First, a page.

On the first day of my junior year, I went into Lane Hall and filed for a leave of absence that would span two semesters. And when the time came, I went on my own [study] abroad of sorts, spending the fall in our nation’s capital as a congressman’s intern, and the spring in the American West on a National Outdoor Leadership School semester.
During my travels I would regularly field questions about my decision and while I usually provided an answer that went something along the lines of “I’m trying to round out my resume,” the main reason I went on those adventures was so that I could find myself here, today, with the most exceptional group of people that I have ever counted myself a part of.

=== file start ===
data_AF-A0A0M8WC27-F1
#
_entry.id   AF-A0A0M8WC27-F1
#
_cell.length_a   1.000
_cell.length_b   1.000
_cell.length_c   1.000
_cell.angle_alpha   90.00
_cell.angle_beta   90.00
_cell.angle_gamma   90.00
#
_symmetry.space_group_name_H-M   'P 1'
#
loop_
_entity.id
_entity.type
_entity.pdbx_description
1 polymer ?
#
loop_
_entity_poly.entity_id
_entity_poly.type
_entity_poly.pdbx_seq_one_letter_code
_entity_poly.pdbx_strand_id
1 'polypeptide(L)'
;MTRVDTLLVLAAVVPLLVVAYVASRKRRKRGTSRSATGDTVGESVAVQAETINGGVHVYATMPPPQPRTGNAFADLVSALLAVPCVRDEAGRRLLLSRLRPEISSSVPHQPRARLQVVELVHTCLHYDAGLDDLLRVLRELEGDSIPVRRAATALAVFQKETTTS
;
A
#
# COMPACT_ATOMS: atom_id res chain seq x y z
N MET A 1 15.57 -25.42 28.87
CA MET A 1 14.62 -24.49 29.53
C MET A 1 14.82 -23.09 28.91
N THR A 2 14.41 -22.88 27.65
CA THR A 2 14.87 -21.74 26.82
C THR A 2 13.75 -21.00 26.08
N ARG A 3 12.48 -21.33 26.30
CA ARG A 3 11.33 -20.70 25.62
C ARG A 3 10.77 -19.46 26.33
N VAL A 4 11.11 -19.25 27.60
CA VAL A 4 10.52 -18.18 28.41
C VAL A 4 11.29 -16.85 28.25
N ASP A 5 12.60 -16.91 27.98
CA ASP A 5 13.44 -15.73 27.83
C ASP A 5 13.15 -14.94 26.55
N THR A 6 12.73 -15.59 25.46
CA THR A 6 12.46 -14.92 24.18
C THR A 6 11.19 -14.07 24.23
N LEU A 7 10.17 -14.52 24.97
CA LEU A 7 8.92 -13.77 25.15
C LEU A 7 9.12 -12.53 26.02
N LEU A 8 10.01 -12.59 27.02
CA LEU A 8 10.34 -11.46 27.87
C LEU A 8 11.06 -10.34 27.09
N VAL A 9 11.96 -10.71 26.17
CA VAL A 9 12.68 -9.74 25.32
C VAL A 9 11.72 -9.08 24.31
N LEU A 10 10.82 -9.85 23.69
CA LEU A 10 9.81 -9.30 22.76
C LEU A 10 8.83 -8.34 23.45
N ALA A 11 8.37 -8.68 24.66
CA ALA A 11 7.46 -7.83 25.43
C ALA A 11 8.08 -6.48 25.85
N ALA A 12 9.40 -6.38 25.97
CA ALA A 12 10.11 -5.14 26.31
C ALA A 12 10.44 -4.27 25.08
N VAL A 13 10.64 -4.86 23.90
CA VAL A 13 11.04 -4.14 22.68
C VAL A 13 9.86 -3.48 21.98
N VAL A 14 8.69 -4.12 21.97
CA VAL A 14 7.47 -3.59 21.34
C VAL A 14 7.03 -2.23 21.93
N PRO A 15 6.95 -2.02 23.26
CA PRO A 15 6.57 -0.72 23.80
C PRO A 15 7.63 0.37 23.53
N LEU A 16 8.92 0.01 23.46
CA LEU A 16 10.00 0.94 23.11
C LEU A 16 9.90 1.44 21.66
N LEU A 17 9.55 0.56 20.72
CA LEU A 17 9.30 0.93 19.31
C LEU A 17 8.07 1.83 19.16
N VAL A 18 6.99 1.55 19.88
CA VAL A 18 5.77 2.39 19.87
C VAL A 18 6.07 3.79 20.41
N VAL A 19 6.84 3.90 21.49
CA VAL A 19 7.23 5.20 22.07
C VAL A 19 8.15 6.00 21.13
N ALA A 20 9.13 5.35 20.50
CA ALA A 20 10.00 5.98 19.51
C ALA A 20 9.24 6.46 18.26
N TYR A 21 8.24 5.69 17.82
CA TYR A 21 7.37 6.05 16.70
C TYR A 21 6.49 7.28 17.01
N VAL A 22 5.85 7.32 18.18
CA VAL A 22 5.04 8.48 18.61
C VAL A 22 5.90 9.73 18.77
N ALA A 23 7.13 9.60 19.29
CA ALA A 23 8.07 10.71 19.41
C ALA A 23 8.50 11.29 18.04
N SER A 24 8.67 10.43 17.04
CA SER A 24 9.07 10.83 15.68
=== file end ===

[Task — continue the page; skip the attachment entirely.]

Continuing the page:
This last year has only strengthened my conviction that there is power in kindness and courage in community.
In the end I did sacrifice much, leadership opportunities and my reputation especially. By leaving after my junior year I forfeited nominations for captainships and managerial opportunities. And still, I stand by my decision. While those titles and honors may bolster how I look on paper, it is the depth of friendship and crucial conversations here that have given me the courage to enter the workforce as a confident and competent Bates alum.
This last year has only strengthened my conviction that there is power in kindness and courage in community. I cannot bring myself to believe that a day will come when maintaining friendship and fostering community is not one of my top priorities. It has become a large part of how I measure success.